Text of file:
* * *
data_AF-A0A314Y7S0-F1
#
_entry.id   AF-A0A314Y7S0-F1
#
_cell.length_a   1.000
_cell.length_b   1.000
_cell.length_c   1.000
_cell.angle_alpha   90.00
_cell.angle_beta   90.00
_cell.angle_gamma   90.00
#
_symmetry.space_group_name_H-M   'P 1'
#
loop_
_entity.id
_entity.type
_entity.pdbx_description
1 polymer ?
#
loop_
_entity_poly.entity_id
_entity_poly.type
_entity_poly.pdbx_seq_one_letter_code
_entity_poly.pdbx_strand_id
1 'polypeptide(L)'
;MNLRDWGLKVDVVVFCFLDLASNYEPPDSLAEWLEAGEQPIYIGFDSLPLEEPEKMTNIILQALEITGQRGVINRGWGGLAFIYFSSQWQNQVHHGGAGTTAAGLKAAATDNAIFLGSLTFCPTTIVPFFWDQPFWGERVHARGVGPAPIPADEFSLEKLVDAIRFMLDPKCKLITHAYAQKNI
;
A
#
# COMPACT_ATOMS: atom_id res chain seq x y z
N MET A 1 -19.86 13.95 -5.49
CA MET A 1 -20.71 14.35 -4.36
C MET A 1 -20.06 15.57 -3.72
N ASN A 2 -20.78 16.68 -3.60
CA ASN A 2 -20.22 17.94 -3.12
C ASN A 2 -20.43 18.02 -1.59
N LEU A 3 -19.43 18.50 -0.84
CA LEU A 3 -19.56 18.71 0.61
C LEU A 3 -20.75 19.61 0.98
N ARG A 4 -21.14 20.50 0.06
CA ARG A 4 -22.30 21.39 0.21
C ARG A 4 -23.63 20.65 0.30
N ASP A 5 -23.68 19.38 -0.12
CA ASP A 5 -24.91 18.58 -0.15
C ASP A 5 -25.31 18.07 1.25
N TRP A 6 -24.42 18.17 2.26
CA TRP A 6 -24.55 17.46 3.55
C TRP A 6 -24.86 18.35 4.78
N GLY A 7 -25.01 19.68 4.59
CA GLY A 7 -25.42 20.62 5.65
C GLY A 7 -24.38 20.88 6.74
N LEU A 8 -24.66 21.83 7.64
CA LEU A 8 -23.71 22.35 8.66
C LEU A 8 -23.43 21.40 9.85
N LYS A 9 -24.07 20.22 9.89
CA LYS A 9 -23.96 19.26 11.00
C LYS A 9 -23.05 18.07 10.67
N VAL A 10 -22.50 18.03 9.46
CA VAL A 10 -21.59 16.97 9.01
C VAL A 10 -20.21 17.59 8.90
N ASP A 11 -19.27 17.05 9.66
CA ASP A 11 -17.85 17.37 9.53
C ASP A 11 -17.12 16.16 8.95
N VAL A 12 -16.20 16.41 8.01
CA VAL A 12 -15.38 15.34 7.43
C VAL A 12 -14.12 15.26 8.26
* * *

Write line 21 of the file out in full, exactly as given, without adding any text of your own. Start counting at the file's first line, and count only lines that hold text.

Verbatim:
_entity_poly.entity_id